Husband appealed the parties’ property division, a contempt finding and other orders in the parties’ divorce action. The panel affirmed. It held that the contempt sanction imposed, 30 days in jail suspended, was not excessive and the amount ordered paid was the amount husband agreed to pay in the stipulated property division. It held that the contempt finding was based on husband’s failure to apply for refinancing at any point and for failure to make any payments on the judgment in favor of wife not for failure to “go back in time”. It held there was no error in the district court’s ruling that mistake and impossibility were not defenses to contempt here as they had been rejected in an earlier challenge to the stipulation and in any event were meritless. It held that fraud could not be argued here as a defense to contempt as the factual issue of fraud and the stipulation was decided in the earlier challenge to the stipulation and law of the case barred relitigation of the issue now and the same reasoning applied to the earlier implicit ruling the stipulation was fair and reasonable. It held the wrongful lien statute applied to lis pendis and husband’s pendis was properly released for failure include notice of claim or interest as required by statute. It held the attorney fee ward to wife was proper as fee awards were authorized in the stipulation and the litigation has been to enforce the decree not establish a court order. It ordered fees to wife for eth appeal. It affirmed denial of husband’s fee motion as the contempt proceeding saw four issue where both parties were in contempt, two not proven and two where husband only was in contempt and thus there was no abuse of discretion in finding husband had not prevailed.


Robinson v Jones, Waldo, Holbrook & McDonough, PC

Robinson appealed the denial of his motion for additional discovery and summary judgment to Jones Waldo. The panel affirmed. It held there was no abuse in discretion in denying the discovery motion as Robinson’s first attorney had several months to do discovery and didn’t, Robinson took several months to find a new attorney, did not move to extend deadlines and Jones Waldo waited until deadlines to designate experts passed to file its summary judgment motion and Robinson failed to explain what facts he would develop if discovery was allowed. The panel affirmed summary judgment holding an expert witness was necessary to establish the standard of care, Robinson failed to provide such expert testimony and there was no evidence of causation as Robinson failed to apply for refinance and thus could not have been harmed by the lack of language about what should happen if an application was denied.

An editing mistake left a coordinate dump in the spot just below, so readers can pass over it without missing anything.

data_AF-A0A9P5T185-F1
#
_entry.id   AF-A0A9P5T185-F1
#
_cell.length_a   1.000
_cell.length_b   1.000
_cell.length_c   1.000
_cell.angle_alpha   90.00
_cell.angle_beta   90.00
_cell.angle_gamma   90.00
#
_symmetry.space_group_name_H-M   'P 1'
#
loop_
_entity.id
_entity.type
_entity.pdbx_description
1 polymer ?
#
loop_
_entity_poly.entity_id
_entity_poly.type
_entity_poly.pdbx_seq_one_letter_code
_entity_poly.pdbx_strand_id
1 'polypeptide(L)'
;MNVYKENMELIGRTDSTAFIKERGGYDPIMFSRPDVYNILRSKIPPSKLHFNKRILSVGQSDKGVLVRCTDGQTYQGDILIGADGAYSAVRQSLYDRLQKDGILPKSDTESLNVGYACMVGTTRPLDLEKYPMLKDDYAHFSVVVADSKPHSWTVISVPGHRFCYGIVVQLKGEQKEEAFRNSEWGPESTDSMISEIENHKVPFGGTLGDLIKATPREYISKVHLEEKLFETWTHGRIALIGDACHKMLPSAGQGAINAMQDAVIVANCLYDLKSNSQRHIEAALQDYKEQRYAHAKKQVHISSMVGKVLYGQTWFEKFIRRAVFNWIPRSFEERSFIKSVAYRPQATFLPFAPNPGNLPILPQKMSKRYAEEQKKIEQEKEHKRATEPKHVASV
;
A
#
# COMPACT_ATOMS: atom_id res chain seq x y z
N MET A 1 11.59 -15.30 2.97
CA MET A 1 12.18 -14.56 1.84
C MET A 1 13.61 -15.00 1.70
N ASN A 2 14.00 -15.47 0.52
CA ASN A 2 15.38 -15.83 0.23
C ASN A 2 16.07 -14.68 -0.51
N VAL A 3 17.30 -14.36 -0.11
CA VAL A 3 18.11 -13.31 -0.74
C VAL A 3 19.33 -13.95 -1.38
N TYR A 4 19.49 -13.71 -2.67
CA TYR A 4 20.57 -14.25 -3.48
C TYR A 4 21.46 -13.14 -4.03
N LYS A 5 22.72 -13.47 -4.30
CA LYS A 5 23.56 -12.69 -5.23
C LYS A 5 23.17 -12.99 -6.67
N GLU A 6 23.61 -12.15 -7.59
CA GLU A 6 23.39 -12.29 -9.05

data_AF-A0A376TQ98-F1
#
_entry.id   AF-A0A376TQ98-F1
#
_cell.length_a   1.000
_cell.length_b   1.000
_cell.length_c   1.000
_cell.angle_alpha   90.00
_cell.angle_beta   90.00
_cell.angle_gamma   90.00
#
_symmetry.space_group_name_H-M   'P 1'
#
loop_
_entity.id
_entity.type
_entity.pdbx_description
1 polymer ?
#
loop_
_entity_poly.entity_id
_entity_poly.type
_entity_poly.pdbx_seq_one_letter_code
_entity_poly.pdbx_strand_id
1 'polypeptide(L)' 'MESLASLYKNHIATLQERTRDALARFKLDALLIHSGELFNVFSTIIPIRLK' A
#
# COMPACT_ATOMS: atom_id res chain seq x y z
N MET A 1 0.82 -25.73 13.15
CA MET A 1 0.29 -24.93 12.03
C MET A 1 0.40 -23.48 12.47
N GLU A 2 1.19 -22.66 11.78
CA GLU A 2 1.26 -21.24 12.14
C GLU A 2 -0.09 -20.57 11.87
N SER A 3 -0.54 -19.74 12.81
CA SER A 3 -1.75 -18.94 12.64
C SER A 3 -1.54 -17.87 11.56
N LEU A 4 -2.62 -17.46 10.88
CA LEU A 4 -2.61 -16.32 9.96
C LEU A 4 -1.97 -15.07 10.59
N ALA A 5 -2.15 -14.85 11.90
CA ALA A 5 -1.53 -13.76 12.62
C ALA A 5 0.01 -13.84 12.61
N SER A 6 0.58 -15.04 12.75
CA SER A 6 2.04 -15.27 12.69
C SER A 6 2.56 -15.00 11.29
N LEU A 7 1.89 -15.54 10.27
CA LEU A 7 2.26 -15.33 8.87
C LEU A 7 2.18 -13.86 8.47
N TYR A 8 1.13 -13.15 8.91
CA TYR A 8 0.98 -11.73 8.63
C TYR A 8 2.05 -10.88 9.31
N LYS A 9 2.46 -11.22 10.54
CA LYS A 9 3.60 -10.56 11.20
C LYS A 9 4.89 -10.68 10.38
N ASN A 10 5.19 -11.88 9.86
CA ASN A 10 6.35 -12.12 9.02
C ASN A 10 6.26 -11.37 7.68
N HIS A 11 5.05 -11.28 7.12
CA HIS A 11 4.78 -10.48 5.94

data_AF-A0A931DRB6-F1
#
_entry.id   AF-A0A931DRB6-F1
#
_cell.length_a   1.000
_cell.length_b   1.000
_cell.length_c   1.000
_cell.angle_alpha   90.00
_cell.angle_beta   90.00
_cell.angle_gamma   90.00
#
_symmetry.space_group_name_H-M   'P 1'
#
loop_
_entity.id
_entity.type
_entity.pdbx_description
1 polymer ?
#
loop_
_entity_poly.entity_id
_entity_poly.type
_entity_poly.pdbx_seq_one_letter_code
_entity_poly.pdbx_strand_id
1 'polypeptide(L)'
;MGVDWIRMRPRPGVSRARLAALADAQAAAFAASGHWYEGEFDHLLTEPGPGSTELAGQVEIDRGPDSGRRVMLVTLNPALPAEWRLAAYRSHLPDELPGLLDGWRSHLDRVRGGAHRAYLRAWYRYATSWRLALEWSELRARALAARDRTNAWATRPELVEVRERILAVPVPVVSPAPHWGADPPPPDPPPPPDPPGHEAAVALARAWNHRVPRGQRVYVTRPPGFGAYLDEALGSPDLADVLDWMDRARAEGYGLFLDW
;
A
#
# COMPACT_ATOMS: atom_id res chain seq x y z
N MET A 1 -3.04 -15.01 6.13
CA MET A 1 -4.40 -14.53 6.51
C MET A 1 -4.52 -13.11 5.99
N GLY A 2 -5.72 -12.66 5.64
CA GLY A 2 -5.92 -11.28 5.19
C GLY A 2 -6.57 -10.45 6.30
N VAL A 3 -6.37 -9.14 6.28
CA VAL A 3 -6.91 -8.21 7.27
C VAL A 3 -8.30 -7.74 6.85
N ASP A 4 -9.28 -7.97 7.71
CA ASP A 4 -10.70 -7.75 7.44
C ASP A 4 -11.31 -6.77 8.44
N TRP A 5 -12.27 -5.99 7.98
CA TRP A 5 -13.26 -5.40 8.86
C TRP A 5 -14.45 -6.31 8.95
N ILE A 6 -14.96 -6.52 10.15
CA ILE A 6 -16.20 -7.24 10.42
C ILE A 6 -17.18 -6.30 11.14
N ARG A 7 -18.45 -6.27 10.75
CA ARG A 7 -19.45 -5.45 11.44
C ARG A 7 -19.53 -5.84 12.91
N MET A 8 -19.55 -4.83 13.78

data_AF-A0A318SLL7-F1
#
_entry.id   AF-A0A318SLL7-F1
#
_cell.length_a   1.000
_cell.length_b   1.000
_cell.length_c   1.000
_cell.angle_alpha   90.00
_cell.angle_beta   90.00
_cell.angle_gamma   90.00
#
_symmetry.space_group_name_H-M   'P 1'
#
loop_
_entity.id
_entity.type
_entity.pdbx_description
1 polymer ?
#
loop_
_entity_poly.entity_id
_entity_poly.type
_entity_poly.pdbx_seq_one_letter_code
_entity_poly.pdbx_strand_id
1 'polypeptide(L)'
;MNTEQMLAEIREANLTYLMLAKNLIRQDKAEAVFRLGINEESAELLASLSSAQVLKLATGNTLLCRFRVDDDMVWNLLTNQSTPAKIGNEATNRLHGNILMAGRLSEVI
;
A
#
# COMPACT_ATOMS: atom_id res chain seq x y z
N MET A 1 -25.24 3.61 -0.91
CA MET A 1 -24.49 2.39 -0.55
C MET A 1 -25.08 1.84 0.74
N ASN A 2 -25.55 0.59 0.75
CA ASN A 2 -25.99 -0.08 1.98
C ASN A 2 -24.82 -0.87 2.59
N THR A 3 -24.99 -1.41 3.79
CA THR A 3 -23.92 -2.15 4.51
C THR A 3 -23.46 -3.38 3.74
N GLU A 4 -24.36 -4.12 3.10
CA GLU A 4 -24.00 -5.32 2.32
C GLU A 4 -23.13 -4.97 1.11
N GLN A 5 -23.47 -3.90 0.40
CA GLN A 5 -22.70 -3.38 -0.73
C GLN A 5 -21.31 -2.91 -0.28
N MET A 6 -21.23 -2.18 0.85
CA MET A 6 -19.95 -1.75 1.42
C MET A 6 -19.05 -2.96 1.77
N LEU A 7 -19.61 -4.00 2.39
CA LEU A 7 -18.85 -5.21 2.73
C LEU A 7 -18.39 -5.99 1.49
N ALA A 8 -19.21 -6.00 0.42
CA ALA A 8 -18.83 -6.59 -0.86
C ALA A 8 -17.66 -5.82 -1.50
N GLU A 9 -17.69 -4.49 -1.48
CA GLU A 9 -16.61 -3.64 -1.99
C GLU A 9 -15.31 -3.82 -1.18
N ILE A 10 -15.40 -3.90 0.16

Reynolds v Gentry Finance Corporation

Reynolds appealed summary judgment to gentry on her wrongful discharge claim. The panel affirmed in part, reversed in part and remanded. It held that a genuine issue of fact existed as to whether Reynolds’ at will status was modified by employment manuals which had inconspicuous disclaimers and conspicuous bold promises no one would be discharged if they reported misconduct and the parole evidence rule did not bar admission of the manuals as they were issued after Reynolds signed her contract. It affirmed judgment on a claim of public policy protection s Reynolds did not explain how the laws banning certain phone calls constituted Utah public policy. It also held that Gentry’s order to make calls barred by law created a genuine issue as to whether the stated grounds for termination were pretext and thus judgment was improperly granted.

Christensen IRA v American Heritage Title Agency, Inc.

Christensen added foreclosure claims to its suit against heritage. The district court dismissed those claims on statute of limitations grounds. The panel affirmed. It held the amended complaint did not relate back to the original complaint as it added parties and Christensen offered no reason to depart from the rule that adding parties means no relation back. It held tolling and estoppel did not apply as Christensen’s own records showed the notes secured by the real property in question weren’t paid and foreclosure defendants did not make any statements or do anything else which mislead Christensen or otherwise prevented him from bringing suit.

Atlas Van Lines, Inc. v The Dinosaur Museum

Atlas appealed summary judgment to Museum on Atlas’ claim for shipping costs. The panel affirmed holding Atlas was equitably estopped as it affirmatively disclaimed Museum’s liability in emails and Museum relied on those emails to allow certain items to be shipped to an exhibition in New Jersey.